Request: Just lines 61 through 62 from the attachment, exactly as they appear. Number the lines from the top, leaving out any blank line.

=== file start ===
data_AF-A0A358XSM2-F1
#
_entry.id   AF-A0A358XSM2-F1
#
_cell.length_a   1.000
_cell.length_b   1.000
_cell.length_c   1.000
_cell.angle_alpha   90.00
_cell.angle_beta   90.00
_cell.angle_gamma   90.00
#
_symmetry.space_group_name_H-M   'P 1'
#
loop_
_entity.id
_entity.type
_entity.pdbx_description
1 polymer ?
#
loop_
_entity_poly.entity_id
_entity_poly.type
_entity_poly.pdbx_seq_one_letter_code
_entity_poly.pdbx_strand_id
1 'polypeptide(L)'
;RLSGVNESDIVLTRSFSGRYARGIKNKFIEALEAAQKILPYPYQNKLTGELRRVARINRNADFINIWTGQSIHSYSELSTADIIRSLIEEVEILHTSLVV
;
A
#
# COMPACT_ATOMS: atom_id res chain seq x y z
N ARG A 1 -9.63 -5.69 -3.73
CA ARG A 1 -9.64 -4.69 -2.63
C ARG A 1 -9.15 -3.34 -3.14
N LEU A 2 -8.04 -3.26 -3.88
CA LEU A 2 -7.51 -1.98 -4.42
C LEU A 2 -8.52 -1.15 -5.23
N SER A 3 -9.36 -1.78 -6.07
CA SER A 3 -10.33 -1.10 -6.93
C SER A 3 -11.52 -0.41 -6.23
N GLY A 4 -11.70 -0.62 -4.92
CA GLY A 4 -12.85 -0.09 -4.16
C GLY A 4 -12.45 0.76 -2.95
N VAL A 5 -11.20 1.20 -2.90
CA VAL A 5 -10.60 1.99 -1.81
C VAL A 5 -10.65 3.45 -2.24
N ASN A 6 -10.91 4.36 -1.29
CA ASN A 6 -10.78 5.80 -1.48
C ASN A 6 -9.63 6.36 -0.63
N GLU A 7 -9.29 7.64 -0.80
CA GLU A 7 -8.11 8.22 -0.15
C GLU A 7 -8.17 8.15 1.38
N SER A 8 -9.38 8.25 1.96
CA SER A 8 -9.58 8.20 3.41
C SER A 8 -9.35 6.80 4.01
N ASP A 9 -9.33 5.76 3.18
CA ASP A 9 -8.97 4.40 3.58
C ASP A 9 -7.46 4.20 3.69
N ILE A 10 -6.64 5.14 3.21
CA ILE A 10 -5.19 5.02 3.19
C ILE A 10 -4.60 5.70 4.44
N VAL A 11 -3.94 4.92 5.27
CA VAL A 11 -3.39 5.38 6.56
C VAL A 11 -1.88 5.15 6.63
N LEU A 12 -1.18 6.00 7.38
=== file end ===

N VAL A 11 -3.94 4.92 5.27
CA VAL A 11 -3.39 5.38 6.56